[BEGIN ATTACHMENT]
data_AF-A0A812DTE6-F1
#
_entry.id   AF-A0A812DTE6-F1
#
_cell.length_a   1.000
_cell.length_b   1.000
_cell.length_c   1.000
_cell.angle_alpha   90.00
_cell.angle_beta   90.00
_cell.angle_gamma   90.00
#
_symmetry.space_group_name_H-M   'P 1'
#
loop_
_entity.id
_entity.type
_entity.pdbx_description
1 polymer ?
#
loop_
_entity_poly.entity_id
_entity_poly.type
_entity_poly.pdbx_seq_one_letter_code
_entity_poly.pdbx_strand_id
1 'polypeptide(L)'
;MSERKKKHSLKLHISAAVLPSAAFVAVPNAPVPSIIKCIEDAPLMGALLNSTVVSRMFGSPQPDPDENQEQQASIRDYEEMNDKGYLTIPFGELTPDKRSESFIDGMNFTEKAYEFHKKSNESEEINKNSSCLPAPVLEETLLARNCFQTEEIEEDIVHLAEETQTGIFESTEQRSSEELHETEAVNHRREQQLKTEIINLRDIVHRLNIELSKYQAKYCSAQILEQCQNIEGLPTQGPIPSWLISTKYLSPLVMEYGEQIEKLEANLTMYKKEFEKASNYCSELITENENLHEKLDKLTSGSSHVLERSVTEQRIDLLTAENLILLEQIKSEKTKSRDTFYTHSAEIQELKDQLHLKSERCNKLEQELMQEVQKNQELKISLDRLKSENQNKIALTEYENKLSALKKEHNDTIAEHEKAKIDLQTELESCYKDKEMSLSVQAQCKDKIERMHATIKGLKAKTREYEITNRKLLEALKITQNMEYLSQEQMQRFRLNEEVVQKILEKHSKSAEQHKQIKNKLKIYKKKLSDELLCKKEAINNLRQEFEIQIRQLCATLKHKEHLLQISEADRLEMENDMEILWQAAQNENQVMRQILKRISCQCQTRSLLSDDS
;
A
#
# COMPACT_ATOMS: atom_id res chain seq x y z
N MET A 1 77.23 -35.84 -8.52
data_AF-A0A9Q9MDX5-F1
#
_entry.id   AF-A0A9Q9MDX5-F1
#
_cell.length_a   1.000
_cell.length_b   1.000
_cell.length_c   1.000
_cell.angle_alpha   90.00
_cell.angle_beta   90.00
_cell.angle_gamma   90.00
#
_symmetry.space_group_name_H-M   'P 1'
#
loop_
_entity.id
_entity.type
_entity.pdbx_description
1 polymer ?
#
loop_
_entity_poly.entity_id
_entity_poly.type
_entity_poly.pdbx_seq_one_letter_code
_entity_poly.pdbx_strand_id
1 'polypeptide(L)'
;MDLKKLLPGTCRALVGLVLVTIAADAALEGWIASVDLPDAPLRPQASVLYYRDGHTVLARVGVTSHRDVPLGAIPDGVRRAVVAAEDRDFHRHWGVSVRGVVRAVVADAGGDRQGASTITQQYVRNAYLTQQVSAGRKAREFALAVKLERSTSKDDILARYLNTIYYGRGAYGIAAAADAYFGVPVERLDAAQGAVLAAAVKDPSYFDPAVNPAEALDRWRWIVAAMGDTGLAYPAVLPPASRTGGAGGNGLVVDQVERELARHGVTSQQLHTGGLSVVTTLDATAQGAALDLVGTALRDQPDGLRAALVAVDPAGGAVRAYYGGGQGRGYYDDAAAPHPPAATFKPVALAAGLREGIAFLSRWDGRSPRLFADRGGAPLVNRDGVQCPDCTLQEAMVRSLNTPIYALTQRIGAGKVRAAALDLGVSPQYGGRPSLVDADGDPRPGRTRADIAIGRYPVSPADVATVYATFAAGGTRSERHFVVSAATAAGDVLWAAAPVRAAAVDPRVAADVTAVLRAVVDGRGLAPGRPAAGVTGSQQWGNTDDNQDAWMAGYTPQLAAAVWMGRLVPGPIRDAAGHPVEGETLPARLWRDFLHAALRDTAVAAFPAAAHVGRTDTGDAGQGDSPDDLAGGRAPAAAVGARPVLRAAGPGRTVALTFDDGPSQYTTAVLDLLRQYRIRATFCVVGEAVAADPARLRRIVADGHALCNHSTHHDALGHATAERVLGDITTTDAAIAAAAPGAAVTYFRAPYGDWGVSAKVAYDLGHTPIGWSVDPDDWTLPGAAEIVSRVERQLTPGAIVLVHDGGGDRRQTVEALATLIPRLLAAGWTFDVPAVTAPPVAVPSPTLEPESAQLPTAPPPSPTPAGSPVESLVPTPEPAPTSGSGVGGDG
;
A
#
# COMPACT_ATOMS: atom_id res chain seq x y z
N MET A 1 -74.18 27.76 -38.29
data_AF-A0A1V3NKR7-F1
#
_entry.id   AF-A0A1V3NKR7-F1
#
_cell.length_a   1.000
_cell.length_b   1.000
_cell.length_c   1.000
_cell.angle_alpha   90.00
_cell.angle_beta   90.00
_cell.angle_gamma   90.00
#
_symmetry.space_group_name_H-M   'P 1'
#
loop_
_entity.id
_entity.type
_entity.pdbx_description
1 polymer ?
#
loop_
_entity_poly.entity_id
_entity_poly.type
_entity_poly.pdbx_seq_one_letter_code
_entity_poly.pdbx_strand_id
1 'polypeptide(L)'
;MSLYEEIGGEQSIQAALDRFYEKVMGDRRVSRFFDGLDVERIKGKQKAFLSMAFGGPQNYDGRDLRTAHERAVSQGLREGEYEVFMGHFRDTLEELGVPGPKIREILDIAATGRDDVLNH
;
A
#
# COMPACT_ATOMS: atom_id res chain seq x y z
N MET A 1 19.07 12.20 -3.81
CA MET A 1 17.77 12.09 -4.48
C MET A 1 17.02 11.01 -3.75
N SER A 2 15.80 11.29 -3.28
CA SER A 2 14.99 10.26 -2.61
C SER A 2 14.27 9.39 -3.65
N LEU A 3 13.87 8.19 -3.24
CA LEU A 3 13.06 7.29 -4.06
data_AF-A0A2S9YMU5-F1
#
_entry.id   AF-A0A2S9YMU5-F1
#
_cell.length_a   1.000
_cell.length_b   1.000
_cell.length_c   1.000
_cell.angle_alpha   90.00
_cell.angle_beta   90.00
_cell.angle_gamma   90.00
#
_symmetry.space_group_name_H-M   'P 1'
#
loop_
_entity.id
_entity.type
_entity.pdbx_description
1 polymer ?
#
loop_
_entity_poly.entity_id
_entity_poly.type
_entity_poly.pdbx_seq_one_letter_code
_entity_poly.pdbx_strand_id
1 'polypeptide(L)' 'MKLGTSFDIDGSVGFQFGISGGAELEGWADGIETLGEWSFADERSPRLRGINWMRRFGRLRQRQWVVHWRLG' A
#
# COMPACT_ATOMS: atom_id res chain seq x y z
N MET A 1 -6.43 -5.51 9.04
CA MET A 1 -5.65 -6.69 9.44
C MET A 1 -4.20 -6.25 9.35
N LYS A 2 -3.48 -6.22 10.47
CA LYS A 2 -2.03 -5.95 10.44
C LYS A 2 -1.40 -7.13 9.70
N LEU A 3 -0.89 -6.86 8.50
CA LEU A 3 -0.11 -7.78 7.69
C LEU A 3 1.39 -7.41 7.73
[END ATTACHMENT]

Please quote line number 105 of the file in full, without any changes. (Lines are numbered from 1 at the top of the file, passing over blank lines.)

_cell.length_a   1.000